The sales cycle length indicates the duration to close a deal from first contact to final sale. Understanding this cycle is essential for inventory planning and fine-tuning sales processes. You typically measure it in days, weeks, or months.Formula: Total Number of Days for All Sales Cycles / Total Number of Successful Conversions = Average Sales Cycle Length
Sales growth rate
The sales growth rate indicates the speed at which sales revenue increases over a specific period. This metric is essential for evaluating the success of your sales strategies.
Formula: (Current Period Revenue – Previous Period Revenue) / Previous Period Revenue = Sales Growth Rate
The churn rate in ecommerce represents the percentage of customers who leave within a defined period. It’s crucial for customer retention and revenue growth strategies.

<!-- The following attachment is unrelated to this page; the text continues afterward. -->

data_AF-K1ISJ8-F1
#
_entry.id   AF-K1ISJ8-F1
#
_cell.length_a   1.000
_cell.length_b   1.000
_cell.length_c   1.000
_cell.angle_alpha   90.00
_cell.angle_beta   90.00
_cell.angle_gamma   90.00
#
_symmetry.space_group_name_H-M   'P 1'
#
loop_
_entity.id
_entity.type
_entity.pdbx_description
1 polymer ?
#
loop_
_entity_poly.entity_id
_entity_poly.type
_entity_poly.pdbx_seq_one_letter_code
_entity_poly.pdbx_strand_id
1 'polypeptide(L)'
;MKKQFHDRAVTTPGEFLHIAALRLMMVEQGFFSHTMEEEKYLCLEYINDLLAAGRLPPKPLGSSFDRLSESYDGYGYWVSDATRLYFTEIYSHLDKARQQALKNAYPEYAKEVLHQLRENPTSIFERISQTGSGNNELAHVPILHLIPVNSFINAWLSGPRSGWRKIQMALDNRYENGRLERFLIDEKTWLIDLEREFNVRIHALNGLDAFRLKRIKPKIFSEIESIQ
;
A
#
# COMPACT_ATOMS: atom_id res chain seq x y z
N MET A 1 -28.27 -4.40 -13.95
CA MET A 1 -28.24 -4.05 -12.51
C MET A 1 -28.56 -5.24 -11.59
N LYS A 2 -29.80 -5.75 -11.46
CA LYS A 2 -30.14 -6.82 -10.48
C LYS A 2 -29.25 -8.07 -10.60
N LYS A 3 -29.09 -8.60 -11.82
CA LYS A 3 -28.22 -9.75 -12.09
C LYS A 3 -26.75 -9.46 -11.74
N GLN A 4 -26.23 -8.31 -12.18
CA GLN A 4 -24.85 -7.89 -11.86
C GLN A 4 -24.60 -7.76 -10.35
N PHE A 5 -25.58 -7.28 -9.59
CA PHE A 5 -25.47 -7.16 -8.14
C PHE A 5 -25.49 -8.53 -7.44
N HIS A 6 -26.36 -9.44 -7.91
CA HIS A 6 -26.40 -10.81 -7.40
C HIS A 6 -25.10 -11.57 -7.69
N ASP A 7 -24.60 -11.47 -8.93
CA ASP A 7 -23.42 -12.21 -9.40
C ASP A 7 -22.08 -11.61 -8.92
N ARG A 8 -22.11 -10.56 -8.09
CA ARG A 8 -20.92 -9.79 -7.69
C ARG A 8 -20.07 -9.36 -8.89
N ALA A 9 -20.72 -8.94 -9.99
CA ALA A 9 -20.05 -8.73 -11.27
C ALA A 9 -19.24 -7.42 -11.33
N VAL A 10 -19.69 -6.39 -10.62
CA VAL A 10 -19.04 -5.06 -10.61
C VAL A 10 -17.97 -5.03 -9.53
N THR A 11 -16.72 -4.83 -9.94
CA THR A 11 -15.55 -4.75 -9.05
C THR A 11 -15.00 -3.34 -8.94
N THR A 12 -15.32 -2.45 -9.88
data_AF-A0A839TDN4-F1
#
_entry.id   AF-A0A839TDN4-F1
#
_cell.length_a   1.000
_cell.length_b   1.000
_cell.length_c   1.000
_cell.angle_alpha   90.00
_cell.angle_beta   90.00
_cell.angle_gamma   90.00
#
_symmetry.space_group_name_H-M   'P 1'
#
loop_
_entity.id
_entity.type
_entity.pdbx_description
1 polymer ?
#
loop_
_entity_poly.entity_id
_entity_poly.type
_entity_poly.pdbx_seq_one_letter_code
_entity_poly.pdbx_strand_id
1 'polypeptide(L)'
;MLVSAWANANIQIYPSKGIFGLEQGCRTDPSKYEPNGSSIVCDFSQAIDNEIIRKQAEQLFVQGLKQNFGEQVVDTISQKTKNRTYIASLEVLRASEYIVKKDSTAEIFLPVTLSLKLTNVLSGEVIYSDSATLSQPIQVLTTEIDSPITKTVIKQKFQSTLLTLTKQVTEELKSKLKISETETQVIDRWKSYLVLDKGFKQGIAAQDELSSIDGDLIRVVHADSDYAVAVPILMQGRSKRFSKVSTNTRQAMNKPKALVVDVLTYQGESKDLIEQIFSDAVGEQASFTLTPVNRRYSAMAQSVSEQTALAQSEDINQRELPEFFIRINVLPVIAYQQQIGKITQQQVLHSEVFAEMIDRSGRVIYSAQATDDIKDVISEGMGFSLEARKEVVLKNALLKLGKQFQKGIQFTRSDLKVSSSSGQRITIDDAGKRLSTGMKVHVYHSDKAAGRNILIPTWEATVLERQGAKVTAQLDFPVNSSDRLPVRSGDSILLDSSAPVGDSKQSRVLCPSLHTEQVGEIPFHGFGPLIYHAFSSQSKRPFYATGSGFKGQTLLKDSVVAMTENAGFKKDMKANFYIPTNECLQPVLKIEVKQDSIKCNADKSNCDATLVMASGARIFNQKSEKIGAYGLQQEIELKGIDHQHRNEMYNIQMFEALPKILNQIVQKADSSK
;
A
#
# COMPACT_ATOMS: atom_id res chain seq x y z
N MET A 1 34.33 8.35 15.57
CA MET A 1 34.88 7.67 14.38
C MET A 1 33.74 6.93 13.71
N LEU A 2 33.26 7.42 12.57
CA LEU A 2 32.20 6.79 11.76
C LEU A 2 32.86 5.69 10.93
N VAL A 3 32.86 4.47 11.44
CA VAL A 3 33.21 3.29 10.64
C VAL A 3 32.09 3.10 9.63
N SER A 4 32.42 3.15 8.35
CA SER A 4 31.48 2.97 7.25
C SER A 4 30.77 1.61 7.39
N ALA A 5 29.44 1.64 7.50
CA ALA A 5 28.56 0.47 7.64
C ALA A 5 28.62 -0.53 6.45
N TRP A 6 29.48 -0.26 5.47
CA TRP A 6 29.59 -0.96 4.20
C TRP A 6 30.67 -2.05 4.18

Formula: (Number of Customers Lost During Period / Number of Customers at Start of Period) x 100 = Average Churn Rate
Cost per acquisition (CPA)
Formula: Total Cost of Acquisition / Number of New Customers = Average CPA
Revenue per sales rep
Revenue per sales rep measures the performance of each sales representative. This metric can help you make informed decisions about resource allocation—including staffing and budget distribution—to optimize sales efforts.
Formula: Total Revenue / Number of Sales Reps = Average Revenue Per Rep
This measures the percentage of leads that turn into opportunities. This is critical for forecasting future sales.
Formula: Number of Opportunities / Number of Leads = LTO Ratio
Inventory turnover shows how often inventory is sold and replaced within a given period. This is crucial for efficient inventory management.
Formula: Cost of Goods Sold (COGs) / Average Inventory = Average Inventory Turnover
How to analyze sales data
- Identify relevant metrics
- Use specialized analytics tools
- Incorporate data from multiple sources
- Analyze sales trends
- Take action based on insights
Here’s how to harness the capabilities of sales analytics tools to make data-driven decisions: